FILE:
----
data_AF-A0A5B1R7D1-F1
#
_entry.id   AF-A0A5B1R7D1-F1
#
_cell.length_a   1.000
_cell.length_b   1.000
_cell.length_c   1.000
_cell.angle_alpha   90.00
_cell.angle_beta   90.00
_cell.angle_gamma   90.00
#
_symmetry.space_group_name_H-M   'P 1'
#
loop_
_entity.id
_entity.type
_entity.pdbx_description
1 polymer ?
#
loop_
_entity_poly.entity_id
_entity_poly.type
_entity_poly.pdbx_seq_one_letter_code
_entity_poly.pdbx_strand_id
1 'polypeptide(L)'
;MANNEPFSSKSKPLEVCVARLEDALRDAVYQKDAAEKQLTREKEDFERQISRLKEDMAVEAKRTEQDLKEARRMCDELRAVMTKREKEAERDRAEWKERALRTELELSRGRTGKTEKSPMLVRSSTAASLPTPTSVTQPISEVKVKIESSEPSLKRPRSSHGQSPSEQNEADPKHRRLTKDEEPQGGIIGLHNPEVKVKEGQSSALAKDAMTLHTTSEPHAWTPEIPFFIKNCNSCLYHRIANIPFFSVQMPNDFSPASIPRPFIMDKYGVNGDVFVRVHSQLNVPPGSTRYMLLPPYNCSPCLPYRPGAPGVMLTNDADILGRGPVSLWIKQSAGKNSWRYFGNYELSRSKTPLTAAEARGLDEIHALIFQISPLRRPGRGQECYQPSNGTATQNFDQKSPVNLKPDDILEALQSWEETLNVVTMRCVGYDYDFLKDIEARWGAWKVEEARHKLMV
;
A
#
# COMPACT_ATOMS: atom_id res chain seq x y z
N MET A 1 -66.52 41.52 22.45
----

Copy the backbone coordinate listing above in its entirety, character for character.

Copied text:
data_AF-A0A5B1R7D1-F1
#
_entry.id   AF-A0A5B1R7D1-F1
#
_cell.length_a   1.000
_cell.length_b   1.000
_cell.length_c   1.000
_cell.angle_alpha   90.00
_cell.angle_beta   90.00
_cell.angle_gamma   90.00
#
_symmetry.space_group_name_H-M   'P 1'
#
loop_
_entity.id
_entity.type
_entity.pdbx_description
1 polymer ?
#
loop_
_entity_poly.entity_id
_entity_poly.type
_entity_poly.pdbx_seq_one_letter_code
_entity_poly.pdbx_strand_id
1 'polypeptide(L)'
;MANNEPFSSKSKPLEVCVARLEDALRDAVYQKDAAEKQLTREKEDFERQISRLKEDMAVEAKRTEQDLKEARRMCDELRAVMTKREKEAERDRAEWKERALRTELELSRGRTGKTEKSPMLVRSSTAASLPTPTSVTQPISEVKVKIESSEPSLKRPRSSHGQSPSEQNEADPKHRRLTKDEEPQGGIIGLHNPEVKVKEGQSSALAKDAMTLHTTSEPHAWTPEIPFFIKNCNSCLYHRIANIPFFSVQMPNDFSPASIPRPFIMDKYGVNGDVFVRVHSQLNVPPGSTRYMLLPPYNCSPCLPYRPGAPGVMLTNDADILGRGPVSLWIKQSAGKNSWRYFGNYELSRSKTPLTAAEARGLDEIHALIFQISPLRRPGRGQECYQPSNGTATQNFDQKSPVNLKPDDILEALQSWEETLNVVTMRCVGYDYDFLKDIEARWGAWKVEEARHKLMV
;
A
#
# COMPACT_ATOMS: atom_id res chain seq x y z
N MET A 1 -66.52 41.52 22.45